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Banks’ One-Year Dollar Funding Costs Rise in Euro Money Markets

Nov. 8 (Bloomberg) -- The cost for European banks to fund in dollars rose, according to money-market indicators.

The one-year cross-currency basis swap, the rate banks pay to convert euro payments into dollars, was 68 basis points below Euribor at 8:47 a.m. in London, from minus 65 yesterday, according to data compiled by Bloomberg.

The three-month basis swap was 100 basis points under Euribor from minus 102 yesterday. A basis point is 0.01 percentage point.

A measure of banks’ reluctance to lend to one another in Europe was little changed. The Euribor-OIS spread, the difference between the borrowing benchmark and overnight index held at 86.5 basis points.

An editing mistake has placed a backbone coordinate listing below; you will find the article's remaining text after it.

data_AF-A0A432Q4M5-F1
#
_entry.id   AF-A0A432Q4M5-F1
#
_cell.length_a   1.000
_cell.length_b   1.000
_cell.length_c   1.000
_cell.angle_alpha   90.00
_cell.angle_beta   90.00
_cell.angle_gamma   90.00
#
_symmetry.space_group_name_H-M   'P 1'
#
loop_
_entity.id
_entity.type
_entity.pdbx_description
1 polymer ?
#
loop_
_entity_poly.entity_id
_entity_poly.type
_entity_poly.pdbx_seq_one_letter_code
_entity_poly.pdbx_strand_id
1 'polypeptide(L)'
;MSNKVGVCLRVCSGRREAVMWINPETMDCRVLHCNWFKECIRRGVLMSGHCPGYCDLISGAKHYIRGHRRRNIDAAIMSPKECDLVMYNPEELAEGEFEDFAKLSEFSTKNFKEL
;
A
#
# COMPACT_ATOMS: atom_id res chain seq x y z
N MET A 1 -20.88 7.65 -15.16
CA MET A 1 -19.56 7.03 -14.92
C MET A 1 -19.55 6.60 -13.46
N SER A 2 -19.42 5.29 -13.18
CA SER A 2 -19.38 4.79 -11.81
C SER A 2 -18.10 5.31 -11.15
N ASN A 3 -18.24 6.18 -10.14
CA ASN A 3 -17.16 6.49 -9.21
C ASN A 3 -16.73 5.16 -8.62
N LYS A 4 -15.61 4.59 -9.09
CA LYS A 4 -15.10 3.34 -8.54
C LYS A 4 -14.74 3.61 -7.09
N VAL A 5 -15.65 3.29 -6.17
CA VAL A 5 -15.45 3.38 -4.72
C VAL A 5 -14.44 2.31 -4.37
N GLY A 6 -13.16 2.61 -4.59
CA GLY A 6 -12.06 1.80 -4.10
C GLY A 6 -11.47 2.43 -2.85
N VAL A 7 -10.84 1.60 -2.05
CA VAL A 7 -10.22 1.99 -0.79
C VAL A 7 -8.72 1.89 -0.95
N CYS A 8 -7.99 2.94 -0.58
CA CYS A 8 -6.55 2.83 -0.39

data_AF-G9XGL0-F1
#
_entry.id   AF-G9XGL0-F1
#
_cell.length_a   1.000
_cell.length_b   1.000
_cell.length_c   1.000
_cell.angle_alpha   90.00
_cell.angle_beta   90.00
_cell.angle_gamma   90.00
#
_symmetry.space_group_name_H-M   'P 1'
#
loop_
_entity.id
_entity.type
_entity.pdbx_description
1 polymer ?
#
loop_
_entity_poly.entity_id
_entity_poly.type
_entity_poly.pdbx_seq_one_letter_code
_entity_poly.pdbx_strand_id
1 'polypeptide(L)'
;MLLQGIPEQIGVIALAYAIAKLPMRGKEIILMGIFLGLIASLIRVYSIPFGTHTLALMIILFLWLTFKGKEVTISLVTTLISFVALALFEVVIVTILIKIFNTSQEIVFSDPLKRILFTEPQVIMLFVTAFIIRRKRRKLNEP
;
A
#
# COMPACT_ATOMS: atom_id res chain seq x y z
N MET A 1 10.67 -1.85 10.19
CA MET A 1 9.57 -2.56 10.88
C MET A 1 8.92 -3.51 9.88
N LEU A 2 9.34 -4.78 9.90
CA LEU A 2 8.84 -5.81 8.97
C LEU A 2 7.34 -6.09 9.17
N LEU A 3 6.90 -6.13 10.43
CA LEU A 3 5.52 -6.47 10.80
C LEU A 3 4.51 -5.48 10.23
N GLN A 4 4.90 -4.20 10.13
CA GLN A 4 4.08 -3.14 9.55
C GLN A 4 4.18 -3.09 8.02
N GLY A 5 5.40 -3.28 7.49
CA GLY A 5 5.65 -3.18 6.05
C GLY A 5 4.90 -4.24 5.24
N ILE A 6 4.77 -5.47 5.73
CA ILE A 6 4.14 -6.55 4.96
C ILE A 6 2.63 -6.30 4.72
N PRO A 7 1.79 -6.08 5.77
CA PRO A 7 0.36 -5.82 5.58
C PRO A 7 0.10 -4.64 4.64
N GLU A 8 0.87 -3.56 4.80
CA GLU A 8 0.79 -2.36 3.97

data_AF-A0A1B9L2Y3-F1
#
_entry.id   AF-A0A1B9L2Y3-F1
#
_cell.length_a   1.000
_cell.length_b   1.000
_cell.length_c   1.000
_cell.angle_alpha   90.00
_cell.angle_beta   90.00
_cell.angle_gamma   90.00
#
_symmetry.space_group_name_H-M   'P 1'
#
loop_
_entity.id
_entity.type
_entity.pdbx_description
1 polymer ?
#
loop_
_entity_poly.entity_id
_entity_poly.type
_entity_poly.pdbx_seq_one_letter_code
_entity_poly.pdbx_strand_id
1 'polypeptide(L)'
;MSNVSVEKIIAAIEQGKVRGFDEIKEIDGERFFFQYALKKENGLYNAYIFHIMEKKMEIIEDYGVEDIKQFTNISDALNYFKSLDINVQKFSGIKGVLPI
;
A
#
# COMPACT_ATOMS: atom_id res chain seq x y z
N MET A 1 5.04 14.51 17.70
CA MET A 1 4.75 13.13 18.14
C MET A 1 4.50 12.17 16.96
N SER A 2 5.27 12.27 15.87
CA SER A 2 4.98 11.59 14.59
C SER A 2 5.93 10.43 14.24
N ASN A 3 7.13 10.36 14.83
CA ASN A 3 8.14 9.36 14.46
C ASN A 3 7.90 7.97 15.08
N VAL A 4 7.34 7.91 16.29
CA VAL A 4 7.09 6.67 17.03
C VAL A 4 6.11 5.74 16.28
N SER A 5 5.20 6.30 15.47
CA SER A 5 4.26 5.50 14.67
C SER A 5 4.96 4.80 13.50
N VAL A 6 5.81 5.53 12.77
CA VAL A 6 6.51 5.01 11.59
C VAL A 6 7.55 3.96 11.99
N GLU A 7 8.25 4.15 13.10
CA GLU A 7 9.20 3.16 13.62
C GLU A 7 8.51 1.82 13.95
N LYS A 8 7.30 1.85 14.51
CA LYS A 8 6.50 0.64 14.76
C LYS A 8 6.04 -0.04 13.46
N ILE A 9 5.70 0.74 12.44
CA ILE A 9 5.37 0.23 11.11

Lenders increased overnight deposits at the European Central Bank to the highest level in more than 16 months.

Banks parked 299 billion euros ($412 billion) with the Frankfurt-based ECB yesterday, up from 288 billion euros on Nov. 4. That’s the most since June 30, 2010, and compares with a year-to-date average of 71 billion euros.

To contact the reporter on this story: David Goodman in London at

To contact the editors responsible for this story: Paul Armstrong at

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